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Awarded Research Grant to Prevent Violence and Violence-Related Injury

Why Some Generations Are More Violent Than Others

FOA Number: CE04-001 - Public Health Research Awards
Project Period: 9/30/04–9/29/07
Application/Grant Number: 1-K01-CE000495-01
Principal Investigator: Anthony Fabio, PhD
University of Pittsburgh
Department of Neurological Surgery
Suite B400, UPMC Presbyterian
200 Lothrop Street
Pittsburgh, PA 15213
Phone: 412-648-3901
Fax: 412-648-8924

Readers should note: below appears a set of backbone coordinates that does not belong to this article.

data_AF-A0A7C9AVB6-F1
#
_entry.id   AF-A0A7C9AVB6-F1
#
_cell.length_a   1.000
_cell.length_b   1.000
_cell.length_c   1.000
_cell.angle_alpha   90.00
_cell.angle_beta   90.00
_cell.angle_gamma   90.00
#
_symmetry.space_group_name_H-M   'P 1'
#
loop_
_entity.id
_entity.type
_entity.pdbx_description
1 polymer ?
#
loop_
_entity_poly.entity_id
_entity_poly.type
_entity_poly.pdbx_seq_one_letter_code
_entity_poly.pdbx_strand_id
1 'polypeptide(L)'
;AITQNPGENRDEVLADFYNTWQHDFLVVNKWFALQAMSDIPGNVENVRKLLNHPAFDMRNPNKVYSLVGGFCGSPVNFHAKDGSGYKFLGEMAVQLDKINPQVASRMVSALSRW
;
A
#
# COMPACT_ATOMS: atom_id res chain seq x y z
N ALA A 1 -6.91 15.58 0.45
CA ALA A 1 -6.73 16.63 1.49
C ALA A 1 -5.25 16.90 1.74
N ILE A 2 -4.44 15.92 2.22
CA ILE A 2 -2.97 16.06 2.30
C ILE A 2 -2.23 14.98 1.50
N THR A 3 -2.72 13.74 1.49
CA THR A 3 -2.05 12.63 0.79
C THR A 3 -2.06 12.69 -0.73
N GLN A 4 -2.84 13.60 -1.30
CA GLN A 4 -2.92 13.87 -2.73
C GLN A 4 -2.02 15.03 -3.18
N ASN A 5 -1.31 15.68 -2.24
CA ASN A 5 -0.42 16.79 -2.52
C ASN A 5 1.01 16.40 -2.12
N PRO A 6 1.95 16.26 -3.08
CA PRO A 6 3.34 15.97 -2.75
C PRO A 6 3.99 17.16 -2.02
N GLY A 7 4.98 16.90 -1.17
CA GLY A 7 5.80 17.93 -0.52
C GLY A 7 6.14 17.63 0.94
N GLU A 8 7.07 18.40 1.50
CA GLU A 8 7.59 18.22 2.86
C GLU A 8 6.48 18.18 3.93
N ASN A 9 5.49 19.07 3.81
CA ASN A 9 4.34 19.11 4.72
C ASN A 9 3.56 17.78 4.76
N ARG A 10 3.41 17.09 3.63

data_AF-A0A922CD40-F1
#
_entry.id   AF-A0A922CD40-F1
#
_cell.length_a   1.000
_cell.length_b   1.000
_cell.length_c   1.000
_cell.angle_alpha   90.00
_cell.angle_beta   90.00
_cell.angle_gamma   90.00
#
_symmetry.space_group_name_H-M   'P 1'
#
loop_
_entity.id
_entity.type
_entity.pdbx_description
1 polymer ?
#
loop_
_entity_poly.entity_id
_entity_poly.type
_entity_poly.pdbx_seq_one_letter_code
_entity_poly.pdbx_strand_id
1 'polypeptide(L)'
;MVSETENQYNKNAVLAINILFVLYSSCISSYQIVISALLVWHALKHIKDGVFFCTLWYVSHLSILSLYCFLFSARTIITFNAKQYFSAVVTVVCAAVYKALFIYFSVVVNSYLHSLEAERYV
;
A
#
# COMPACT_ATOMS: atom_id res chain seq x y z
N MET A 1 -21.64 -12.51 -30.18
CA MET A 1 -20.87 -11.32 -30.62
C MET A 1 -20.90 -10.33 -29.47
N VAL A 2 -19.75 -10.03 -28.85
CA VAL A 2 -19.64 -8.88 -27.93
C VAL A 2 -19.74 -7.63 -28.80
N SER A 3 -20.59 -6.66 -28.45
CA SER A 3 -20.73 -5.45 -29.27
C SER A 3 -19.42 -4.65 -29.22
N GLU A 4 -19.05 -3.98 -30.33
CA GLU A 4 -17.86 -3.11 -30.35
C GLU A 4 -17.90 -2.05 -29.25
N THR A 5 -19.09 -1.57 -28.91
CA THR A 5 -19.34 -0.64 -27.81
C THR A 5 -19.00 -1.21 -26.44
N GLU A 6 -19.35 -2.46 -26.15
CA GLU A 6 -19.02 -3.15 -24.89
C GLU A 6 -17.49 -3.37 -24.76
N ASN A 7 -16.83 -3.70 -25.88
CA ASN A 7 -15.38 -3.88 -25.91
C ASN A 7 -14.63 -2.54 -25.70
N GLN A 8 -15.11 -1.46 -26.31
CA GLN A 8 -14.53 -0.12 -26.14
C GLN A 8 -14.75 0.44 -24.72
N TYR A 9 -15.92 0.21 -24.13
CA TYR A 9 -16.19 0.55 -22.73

Violence rates fluctuate from generation to generation. Are some generations more violent than others because of differences among cohorts or variations in social and environmental factors? The aim of this project is to further the knowledge about why violence rates fluctuate. Currently, violence trends are not clearly understood, and a diversity of contrasting explanations exists, including increased prevalence in certain age cohorts (the cohort effect) and social risk factors occurring during certain periods of time (the period effect). A major reason that so many explanations exist is that the causes for violence trends are multifactorial and occur at different levels, such as the community and individual levels. The study of these various factors and levels are rooted rather independently in public health, sociology, psychology, medicine, and other disciplines. Understanding these multifactorial public health problems can be improved if the gap between various disciplines is bridged. Previous analyses have shown that cohort effects are rendered insignificant by period effects, suggesting the importance of social factors on violence trends. This research program will undertake a series of analyses culminating in the development of a second-generation model, the proposed contextual-developmental model for violence. This model will expand on the individual developmental pathways identified by Rolf Loeber by incorporating social and environmental factors. Research findings will help to integrate public health and criminal justice prevention efforts into an effective overall program that will improve on past efforts and foster development of primary, secondary, and tertiary strategies aimed at the human, environmental, and instrumental elements of violence.